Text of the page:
Study of the Week Takes a Pause
The NEJM published a paper last week that may change the future of medical evidence. It is seriously important.
But today is Memorial Day in the US. It is not time to analyze papers.
It is time to remember and honor those who gave their life in the service of this country.
I travel a fair amount and one of the moments that I enjoy—no matter how tired—is when the border guard at passport control says…'“welcome home.” It reminds me of something that is easy to take for granted.
It seems too obvious to write, but America struggles today with its many divisions. The social fabric, at least in some places, is under stress. Social media intensifies the debate. In fact, to intensify is the business model of social media.
Yet people still want to come to the US. When I turn off my phone and visit people in real life, things are normal. And our institutions have held through a trying 3 years.
Think for a moment what it means for a young person to die for their country. Maybe some of you have had health scares. You begin to feel your mortality. It is a lot.
Then you think of all the young people who actually died for this country. Dead and gone. All that future.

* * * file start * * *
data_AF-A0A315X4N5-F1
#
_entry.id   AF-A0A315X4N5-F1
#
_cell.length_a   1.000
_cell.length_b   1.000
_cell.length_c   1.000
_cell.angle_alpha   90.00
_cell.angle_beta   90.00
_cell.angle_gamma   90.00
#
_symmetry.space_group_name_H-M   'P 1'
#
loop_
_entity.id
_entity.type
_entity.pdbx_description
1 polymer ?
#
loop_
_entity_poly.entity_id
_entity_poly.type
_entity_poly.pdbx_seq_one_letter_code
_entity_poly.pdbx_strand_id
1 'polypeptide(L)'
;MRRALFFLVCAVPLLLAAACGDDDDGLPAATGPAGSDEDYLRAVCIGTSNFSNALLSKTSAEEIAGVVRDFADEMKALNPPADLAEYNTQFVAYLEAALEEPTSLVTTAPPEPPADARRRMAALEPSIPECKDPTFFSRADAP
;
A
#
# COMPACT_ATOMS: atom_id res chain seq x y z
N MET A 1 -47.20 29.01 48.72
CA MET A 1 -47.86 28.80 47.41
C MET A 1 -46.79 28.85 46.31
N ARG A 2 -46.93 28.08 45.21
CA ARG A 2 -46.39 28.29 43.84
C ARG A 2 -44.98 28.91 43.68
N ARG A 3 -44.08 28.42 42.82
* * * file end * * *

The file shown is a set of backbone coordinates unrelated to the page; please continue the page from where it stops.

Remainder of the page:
They gave their life to defend many of the freedoms being tested today. The right to protest; the right to disagree, and to tolerate speech that we hate. The rule of law.
And the ability of a person like David Velasquez, the son of two formerly undocumented, non-English speaking immigrant parents who slept in the attic of a church for 2 years when they first arrived in the U.S., to gain multiple degrees from Harvard.
I speak for myself, but I suspect many in the Sensible Medicine community are grateful for the wisdom of Washington, Madison, Franklin, Jefferson, Hamilton and the other delegates of the constitutional convention in creating the foundation of this great country.
A place so great that young people would be willing to die for. That is worth remembering today.
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